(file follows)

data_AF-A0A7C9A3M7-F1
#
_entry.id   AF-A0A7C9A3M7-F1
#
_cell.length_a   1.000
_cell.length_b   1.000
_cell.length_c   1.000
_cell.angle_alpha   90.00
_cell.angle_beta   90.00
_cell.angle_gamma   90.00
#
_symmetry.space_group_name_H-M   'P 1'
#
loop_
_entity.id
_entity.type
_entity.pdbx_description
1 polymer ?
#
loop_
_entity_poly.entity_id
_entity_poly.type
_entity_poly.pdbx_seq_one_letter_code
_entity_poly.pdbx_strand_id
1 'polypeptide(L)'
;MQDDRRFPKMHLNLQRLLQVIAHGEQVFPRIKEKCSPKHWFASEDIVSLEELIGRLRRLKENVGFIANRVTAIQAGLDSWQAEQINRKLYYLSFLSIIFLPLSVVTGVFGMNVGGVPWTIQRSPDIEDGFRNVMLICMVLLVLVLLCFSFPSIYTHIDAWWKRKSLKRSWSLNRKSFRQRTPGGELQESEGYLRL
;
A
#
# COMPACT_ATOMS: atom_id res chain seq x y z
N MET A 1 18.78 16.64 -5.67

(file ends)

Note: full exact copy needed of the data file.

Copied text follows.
data_AF-A0A7C9A3M7-F1
#
_entry.id   AF-A0A7C9A3M7-F1
#
_cell.length_a   1.000
_cell.length_b   1.000
_cell.length_c   1.000
_cell.angle_alpha   90.00
_cell.angle_beta   90.00
_cell.angle_gamma   90.00
#
_symmetry.space_group_name_H-M   'P 1'
#
loop_
_entity.id
_entity.type
_entity.pdbx_description
1 polymer ?
#
loop_
_entity_poly.entity_id
_entity_poly.type
_entity_poly.pdbx_seq_one_letter_code
_entity_poly.pdbx_strand_id
1 'polypeptide(L)'
;MQDDRRFPKMHLNLQRLLQVIAHGEQVFPRIKEKCSPKHWFASEDIVSLEELIGRLRRLKENVGFIANRVTAIQAGLDSWQAEQINRKLYYLSFLSIIFLPLSVVTGVFGMNVGGVPWTIQRSPDIEDGFRNVMLICMVLLVLVLLCFSFPSIYTHIDAWWKRKSLKRSWSLNRKSFRQRTPGGELQESEGYLRL
;
A
#
# COMPACT_ATOMS: atom_id res chain seq x y z
N MET A 1 18.78 16.64 -5.67